Let’s see if we get a similar mental response from the entry level 10 year old, bottled at 43%, with natural colour from first-fill ex-bourbon and ex-sherry casks, but most likely chill filtered thanks to Benromach’s still rather baffling decision to bottle the age stated core range at 43% rather than 46. Unfortunately our pleas for that to change fall on deaf ears. It is widely available at around £32 in the UK.

Benromach 10 Years Old – Review

Nose : Rather perfumed, with white flowers and jasmine tea, and musty, decaying leaf litter. There’s a good amount of vanilla, muscavado and heather honey, with sweet, ripe apple, orange peel, peaches, a little dried fruits and bread dough. I’m finding the dirty, oily rags in a mechanics workshop that I get with Benromach’s, but it’s perhaps not as noticable as the 15 year old and the cask strength expressions. I also get two day old grass cuttings when you open the lid of a warm compost bin, along with dry earth, old leather, tobacco leaf and burnt wood notes.

Palate : A sweet arrival, and its quite bright and juicy. There’s a decent amount of baked apple, with orange juice, demerara sugar, and fizzy ginger beer. There is a tannic element in the form of black tea and a little oak, along with vanilla, licorice, coriander seed and a light peppery spice. The peat comes a touch later in the development, with more musty leaf litter and garden waste fires. This lingers into the finish, along with apple peels and some more of the licorice.

Conclusions : The tired old line of “imagine what this would be like at 46% non-chill filtered”. I suppose we get a sense of that and more if we stump up the cash for the cask strength. However, this is almost half the price, and well worth its place on anybody’s shelf. I think we are guilty of overestimating our impact on the whisky business as enthusiasts. There is a much greater market of more casual drinkers and perhaps that is why Benromach have never felt the need to improve the presentation of their age stated core range. Maybe one day it will happen, and then I think the distillery will be hot property amongst the malt heads. Perhaps there needs to be even more of us before that will happen?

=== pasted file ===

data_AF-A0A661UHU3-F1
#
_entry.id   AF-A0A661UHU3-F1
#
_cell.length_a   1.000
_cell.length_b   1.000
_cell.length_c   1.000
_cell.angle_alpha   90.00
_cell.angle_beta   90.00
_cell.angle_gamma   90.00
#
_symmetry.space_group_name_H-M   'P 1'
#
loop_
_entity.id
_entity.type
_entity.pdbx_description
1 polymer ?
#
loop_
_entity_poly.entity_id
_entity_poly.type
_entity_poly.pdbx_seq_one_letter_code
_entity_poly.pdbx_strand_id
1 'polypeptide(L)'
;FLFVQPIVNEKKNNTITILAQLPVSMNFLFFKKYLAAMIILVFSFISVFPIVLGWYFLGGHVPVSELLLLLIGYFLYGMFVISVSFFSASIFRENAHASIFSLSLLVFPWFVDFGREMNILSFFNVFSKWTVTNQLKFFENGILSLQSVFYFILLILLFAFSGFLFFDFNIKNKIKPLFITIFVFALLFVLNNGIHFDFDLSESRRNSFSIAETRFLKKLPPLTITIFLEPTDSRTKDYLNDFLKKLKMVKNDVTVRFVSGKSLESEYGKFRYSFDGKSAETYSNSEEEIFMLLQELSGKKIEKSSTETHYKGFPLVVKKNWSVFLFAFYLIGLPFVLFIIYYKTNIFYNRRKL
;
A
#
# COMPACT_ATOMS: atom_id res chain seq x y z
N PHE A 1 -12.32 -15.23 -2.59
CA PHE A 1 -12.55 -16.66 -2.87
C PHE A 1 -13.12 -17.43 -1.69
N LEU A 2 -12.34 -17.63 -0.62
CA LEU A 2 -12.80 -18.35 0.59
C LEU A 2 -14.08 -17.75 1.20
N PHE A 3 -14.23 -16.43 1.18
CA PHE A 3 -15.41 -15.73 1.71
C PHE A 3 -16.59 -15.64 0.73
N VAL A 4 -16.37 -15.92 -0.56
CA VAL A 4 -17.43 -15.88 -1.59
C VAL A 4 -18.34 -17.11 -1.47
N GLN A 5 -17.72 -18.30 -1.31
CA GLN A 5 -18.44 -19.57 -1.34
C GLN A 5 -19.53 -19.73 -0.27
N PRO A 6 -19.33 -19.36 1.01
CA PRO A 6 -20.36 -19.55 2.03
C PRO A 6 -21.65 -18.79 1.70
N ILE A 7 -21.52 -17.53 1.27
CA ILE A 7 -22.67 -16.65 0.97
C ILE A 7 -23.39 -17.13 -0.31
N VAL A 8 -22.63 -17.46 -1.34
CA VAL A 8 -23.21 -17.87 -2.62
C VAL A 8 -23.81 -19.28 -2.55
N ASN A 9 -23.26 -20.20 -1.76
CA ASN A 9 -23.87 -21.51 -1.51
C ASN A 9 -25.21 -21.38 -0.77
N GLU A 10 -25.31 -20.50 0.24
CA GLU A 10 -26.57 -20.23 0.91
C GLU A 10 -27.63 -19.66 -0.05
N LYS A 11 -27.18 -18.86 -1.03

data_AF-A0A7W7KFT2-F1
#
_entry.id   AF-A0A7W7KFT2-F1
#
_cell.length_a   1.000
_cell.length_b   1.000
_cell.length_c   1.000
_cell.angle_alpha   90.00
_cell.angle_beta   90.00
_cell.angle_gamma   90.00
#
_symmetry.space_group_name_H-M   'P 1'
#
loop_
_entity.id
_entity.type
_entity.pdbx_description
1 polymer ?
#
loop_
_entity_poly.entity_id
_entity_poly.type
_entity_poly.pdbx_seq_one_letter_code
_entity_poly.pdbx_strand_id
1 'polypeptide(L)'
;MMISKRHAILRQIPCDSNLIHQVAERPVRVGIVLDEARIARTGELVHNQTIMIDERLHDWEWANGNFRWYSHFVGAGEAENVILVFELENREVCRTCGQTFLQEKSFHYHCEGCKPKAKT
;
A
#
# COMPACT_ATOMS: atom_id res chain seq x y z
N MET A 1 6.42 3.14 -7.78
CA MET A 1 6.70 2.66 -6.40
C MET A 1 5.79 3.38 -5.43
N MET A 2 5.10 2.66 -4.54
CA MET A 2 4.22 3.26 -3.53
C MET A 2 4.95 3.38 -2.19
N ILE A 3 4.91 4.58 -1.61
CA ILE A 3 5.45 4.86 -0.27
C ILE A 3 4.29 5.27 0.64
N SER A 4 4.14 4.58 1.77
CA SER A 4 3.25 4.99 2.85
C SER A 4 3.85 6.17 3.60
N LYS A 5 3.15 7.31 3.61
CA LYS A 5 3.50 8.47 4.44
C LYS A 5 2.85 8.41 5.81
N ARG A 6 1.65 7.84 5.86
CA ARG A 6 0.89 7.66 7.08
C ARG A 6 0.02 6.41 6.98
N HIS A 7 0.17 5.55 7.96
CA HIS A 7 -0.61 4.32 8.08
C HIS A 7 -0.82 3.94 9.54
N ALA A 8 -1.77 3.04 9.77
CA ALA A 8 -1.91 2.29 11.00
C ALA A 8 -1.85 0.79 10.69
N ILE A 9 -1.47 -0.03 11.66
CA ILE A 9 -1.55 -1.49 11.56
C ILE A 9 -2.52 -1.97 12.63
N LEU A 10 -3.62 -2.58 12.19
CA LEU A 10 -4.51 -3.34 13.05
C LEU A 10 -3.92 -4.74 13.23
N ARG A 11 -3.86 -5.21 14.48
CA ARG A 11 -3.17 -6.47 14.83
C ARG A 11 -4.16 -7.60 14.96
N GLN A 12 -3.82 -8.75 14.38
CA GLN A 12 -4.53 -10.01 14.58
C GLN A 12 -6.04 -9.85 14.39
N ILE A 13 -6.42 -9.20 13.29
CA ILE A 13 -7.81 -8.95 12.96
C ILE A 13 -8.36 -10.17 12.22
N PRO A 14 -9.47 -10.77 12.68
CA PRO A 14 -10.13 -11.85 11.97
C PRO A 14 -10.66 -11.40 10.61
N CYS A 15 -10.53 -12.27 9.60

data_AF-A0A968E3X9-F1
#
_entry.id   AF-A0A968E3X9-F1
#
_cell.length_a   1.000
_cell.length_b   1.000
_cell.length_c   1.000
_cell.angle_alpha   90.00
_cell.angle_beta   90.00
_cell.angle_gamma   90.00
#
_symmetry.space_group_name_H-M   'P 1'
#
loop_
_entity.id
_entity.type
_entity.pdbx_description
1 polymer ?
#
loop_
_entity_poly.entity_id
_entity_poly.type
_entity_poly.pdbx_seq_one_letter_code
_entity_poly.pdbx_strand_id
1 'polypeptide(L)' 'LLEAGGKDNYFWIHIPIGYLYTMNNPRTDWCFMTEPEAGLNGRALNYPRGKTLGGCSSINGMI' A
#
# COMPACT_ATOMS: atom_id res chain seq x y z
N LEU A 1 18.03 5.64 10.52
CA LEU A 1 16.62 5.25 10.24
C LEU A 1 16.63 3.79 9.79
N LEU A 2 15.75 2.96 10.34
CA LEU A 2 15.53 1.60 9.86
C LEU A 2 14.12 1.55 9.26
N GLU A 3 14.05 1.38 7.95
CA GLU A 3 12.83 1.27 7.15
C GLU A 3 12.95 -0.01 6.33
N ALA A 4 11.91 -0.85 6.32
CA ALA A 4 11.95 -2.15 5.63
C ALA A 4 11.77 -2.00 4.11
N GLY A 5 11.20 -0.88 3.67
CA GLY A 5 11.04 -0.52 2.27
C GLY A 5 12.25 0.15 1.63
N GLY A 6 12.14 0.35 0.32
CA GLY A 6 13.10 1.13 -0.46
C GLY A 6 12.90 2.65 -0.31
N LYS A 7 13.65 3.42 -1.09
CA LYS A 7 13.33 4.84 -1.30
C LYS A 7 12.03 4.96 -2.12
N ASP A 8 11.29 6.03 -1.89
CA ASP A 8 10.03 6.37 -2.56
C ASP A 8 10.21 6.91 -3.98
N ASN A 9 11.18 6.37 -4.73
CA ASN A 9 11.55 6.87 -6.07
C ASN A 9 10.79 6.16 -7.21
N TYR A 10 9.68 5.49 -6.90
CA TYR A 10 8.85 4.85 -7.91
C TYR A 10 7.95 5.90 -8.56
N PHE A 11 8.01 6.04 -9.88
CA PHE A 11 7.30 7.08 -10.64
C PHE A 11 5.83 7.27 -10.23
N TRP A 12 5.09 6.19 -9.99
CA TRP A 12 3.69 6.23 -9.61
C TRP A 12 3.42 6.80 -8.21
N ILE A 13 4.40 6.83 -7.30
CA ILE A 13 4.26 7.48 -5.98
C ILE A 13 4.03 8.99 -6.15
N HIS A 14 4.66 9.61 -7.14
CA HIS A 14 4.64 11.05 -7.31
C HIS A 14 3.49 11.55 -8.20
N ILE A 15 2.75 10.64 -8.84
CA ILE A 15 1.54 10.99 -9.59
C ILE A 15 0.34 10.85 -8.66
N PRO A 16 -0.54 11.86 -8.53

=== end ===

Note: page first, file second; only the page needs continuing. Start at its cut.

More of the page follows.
You get almost everything you find in the cask strength with this, but dialled down somewhat. The mixed maturation between the first-fill bourbon and sherry casks, with just a dash of peat for seasoning works so well with Benromach, and I think that policy of only using first-fill is a great asset when we are talking about the lower age statements. Judged as a £32 bottle of whisky, there is very little to fault with it, and this is a whisky that will always be on my shelf. I will repeat it again though – Please, please Benromach. Bottle your entire range at a minimum of 46% and non-chillfiltered. We will happily pay a few pounds a bottle more!

Score : 7/10 Very Good

(Score descriptions can be found in the About page)

Three Word Review : Fruity. Sweet. Leafy.

Related review : Benromach Cask Strength 2010 Vintage Batch 1

Vital statistics

ABV : 43%
Non-chill filtered : No
Natural Colour : Yes
Maturation : 1st-Fill Ex-Bourbon and Sherry casks
Region : Speyside
Colour : Rich Gold